Online from: 2001
Subject Area: Built Environment
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|Title:||Success factors for the implementation of web-based construction project management systems: A cross-case analysis|
|Author(s):||Pollaphat Nitithamyong, (School of the Built and Natural Environment, Glasgow Caledonian University, Glasgow, UK), Miroslaw J. Skibniewski, (Department of Civil and Environmental Engineering, University of Maryland, College Park, Maryland, USA)|
|Citation:||Pollaphat Nitithamyong, Miroslaw J. Skibniewski, (2011) "Success factors for the implementation of web-based construction project management systems: A cross-case analysis", Construction Innovation: Information, Process, Management, Vol. 11 Iss: 1, pp.14 - 42|
|Keywords:||Communication technologies, Extranets, Internet, Project management, Worldwide web|
|Article type:||Case study|
|DOI:||10.1108/14714171111104619 (Permanent URL)|
|Publisher:||Emerald Group Publishing Limited|
Purpose – Academics and practitioners anticipated that web-based project management systems (WPMSs) would enhance and revolutionise the way in which construction-related organisations conduct business. However, widespread adoption and effective use have not reached expected levels partly because of a lack of comprehensive understanding on how to implement WPMSs avoiding pitfalls and failure. This paper aims to investigate the rationale behind WPMS performance deviations in order to suggest ways to effectively employ WPMSs in construction projects.
Design/methodology/approach – Three project-level case studies were undertaken representing a highly successful, a moderately successful, and an unsuccessful WPMS implementation. For each case, WPMS implementation and operational issues were examined, followed by a detailed investigation on the key factors affecting the WPMS application. The findings from the three case studies were then compared and analysed.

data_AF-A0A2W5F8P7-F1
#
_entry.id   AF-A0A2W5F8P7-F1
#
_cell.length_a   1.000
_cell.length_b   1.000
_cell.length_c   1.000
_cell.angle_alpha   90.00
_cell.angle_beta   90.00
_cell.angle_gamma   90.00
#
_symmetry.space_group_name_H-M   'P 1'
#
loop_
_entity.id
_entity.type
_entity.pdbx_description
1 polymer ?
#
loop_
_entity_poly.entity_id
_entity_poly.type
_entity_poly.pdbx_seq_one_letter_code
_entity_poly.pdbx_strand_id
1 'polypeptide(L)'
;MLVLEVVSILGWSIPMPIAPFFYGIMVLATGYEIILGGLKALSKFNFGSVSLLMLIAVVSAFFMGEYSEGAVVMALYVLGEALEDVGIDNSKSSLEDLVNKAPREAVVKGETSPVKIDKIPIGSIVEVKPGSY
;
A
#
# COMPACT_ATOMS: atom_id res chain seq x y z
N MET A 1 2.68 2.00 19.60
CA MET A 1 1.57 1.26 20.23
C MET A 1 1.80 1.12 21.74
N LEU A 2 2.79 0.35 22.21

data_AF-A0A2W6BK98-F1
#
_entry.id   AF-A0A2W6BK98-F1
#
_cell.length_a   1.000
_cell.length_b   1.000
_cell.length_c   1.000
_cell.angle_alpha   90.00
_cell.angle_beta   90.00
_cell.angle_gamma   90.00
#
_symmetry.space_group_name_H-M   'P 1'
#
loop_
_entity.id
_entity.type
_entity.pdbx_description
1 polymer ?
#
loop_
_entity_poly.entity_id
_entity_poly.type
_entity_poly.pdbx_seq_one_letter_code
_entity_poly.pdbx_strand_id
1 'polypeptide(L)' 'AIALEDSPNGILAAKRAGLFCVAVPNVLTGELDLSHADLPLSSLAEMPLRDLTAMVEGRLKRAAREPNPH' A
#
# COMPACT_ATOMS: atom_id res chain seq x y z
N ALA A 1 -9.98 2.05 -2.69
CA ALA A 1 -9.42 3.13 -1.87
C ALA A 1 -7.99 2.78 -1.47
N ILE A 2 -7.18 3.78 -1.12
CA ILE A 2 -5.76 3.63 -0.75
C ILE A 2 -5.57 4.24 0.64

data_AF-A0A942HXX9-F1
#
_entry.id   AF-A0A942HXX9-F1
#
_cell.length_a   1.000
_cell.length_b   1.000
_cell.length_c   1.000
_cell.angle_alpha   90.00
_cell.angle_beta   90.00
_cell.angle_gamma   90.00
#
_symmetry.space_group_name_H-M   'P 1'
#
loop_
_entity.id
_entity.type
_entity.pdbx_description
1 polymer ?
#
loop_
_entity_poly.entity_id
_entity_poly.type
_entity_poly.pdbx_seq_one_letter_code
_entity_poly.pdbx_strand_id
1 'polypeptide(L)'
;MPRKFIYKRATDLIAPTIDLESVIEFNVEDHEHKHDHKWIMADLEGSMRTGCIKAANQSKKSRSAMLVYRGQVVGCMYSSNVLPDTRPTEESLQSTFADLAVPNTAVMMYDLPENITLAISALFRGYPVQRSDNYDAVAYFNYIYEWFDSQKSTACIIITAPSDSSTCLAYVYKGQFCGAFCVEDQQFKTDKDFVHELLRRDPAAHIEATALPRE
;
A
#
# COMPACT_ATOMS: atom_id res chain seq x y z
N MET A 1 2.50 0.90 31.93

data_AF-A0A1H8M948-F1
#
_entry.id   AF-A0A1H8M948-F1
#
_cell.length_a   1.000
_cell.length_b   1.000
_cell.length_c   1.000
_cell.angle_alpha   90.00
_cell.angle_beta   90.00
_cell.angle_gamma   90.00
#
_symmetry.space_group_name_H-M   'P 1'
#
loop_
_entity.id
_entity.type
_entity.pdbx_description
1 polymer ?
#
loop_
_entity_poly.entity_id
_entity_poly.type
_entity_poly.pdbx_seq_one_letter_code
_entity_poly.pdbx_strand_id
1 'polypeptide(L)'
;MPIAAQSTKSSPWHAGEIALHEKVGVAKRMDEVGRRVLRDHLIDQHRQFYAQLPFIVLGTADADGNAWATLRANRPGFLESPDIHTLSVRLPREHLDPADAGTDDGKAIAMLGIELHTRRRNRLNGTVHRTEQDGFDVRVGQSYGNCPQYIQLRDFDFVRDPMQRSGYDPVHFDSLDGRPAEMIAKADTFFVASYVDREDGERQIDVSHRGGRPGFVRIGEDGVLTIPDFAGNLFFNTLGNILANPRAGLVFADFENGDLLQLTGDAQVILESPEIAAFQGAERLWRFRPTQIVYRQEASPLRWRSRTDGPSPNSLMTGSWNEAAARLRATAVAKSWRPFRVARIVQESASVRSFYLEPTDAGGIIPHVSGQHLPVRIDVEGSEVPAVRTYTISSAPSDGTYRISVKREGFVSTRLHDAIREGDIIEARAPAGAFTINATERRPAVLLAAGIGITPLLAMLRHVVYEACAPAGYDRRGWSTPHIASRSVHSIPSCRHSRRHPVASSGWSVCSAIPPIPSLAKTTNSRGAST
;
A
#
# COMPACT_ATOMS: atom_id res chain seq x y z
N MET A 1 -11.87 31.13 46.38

Findings – The case studies reveal a clear pattern related to WPMS performance in relation to a number of issues. Following this pattern, the study identifies “basic” requirements as well as “important” and “key” factors for a successful WPMS implementation. The conclusions from the case studies suggest ways in which construction project teams can reap greater benefits from using WPMSs in their work.
Originality/value – The findings reported herein will benefit construction practitioners by guiding them to more productive ways of utilising and managing WPMSs, thereby promoting widespread acceptance of such systems in the industry.
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